ABOUT THE AUTHORS
Caty Borum Chattoo is Director of the Center for Media & Social Impact (CMSI) and Executive in Residence at the American University School of Communication in Washington, D.C. She is an award-winning producer and strategist who works at the intersection of social-change communication, media research and documentary production. Borum Chattoo’s social-change storytelling, strategy and research work has been featured in The New York Times, USA Today, NPR, Businessweek, The Huffington Post and PBS Media Shift, and her social justice documentaries have aired on the Sundance Channel, Pivot, NDTV (India), PBS World, Link TV, and KCET.
She has produced two theatrical documentary feature films (Wal-Mart: The High Cost of Low Price and The After Party), a TV documentary and transmedia series funded by the Bill & Melinda Gates Foundation (Stand Up Planet), several half-hour documentary TV specials, a seven-part documentary TV series (Sierra Club Chronicles) and PSA campaigns designed for social change on issues ranging from global poverty to climate change to HIV. As a lead strategist for the Gates-Foundation-funded ViewChange project, she produced a global poverty TV series and architected and directed social-impact campaign partnerships with international humanitarian organizations. Borum Chattoo served as an invited juror for the 2014 and 2015 international BRITDOC Documentary Impact Awards and is a regular contributor to Documentary magazine, the trade publication of the leading international association for non-fiction storytelling.
Previously, she was Senior Vice President in the Social Impact practice group at FleishmanHillard International Communications in Washington, D.C. In Los Angeles, she was a longtime collaborator with legendary TV producer and philanthropist/activist Norman Lear as a founding director of Declare Yourself, a national youth civic engagement organization; and Special Projects Director & Senior Producer at the USC Norman Lear Center, a research and public policy center that examines the social impact of entertainment on society. She also served as Program Officer in the Kaiser Family Foundation’s Entertainment Media & Public Health program, where she managed HIV-awareness partnership programs, TV specials and PSA campaigns with MTV and BET; Project Director at the Center for Media Education and Fellow in civic journalism at The Philadelphia Inquirer, funded by the Pew Charitable Trusts. She holds a master’s degree in Communication from the University of Pennsylvania (the Annenberg School for Communication) and an undergraduate degree in Communication Studies (summa cum laude, Phi Beta Kappa) from Virginia Tech.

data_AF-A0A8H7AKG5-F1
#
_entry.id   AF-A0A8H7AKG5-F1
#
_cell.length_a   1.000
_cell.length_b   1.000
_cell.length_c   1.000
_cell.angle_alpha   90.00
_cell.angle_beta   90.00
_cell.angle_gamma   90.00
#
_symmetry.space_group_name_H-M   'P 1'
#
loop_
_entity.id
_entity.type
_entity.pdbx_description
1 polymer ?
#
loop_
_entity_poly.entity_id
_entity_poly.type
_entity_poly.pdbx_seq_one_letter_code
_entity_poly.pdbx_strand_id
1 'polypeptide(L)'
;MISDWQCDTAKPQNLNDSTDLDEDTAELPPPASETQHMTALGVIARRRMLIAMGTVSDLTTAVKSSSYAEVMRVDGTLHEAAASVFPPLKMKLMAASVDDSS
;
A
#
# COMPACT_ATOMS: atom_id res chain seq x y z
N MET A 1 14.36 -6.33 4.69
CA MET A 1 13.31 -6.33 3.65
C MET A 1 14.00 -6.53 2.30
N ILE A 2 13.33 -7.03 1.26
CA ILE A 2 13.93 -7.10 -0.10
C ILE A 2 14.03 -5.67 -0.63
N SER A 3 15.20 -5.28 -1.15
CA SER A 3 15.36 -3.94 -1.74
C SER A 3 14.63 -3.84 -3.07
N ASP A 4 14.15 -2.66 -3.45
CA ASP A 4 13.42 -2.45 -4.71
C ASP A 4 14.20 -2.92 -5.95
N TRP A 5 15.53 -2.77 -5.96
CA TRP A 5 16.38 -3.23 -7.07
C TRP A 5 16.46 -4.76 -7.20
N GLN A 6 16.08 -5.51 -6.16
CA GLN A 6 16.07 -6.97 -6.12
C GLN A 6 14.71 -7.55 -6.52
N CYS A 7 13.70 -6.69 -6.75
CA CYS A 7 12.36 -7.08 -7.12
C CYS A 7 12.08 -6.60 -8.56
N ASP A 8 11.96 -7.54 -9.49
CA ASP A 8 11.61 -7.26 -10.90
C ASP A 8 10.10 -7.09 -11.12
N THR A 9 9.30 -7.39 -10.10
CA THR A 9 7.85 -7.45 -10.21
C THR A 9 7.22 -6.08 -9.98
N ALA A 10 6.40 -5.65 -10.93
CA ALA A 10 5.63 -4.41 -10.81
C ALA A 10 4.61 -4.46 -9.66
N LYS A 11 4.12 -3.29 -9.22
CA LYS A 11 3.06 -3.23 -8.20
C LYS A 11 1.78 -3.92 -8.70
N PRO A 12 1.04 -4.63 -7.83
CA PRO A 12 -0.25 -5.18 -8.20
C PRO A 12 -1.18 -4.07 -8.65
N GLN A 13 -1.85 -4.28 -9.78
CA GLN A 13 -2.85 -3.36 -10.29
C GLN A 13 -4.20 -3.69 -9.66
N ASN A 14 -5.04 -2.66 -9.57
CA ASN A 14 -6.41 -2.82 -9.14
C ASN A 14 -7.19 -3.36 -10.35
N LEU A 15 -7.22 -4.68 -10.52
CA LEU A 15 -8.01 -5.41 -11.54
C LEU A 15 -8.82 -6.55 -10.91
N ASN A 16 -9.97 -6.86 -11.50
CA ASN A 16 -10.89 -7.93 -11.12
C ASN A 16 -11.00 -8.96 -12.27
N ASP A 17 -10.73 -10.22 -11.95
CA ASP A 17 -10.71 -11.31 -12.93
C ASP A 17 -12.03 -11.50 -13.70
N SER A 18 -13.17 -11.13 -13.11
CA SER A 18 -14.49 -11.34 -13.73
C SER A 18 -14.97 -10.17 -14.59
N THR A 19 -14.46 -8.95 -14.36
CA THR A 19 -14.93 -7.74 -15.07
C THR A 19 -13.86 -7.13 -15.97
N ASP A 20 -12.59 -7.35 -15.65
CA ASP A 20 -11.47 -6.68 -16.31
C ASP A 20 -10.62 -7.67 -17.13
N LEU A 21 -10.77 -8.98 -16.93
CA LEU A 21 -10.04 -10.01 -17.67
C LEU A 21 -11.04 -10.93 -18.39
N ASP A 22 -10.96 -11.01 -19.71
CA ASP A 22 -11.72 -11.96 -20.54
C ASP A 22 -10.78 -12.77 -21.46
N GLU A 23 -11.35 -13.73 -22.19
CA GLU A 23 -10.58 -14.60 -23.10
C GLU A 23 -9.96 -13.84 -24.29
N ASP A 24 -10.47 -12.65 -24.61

Will Jenkins has more than a decade of communications and policy experience at the White House, the Department of Health and Human Services, and Congress. Over the years, he has also worked with many filmmakers and media organizations to help them understand and engage in public policy. Jenkins has spoken and led workshops on films and policymaking for the South by Southwest Festival, the Tribeca Film Institute, BRITDOC/Good Pitch, SilverDocs/AFI Docs, the International Documentary Association, the Fledging Fund, Docs in Progress and Women in Film & Video.
In 2010, Jenkins wrote a guide to public policy for filmmakers for Documentary magazine (http://www.documentary.org/magazine/filmmakers-guide-capitol-hill).
In 2012, he was Policy Director for the Impact Film Festival at the Republican and Democratic National Conventions, where he coordinated screening discussions with politicians, filmmakers, celebrities, and reporters for the films Butter, Electoral Dysfunction, The House I Live In, Hunger Hits Home and The Invisible War. In 2013, he developed the American Film Institute’s first “Political Bootcamp for Filmmakers.”
During his time in the federal government, Jenkins has served as a spokesperson to local, national and foreign news outlets on a wide range of issues. He has planned high-profile events and policy rollouts featured in The Wall Street Journal, The New York Times, USA TODAY, and The Washington Post and managed appearances for government officials on “Meet the Press,” “Morning Joe,” and “The Colbert Report.”
Jenkins has overseen the planning and evaluation of a wide range of communications products and campaigns by multiple federal agencies. As a legislative aide in Congress, he guided from introduction to enactment the first legislation to protect American military members from the health effects of toxic burn pits in Iraq and Afghanistan, which has been called “this generation’s Agent Orange.” In 2007, Jenkins founded the Democratic Communicators Network, the professional association for Democratic communications staff in Congress and the Administration, which provides mentoring, networking and training for hundreds of members every year. He was also elected to serve on the board of the Congressional Legislative Staff Association, a bipartisan staff association in Washington.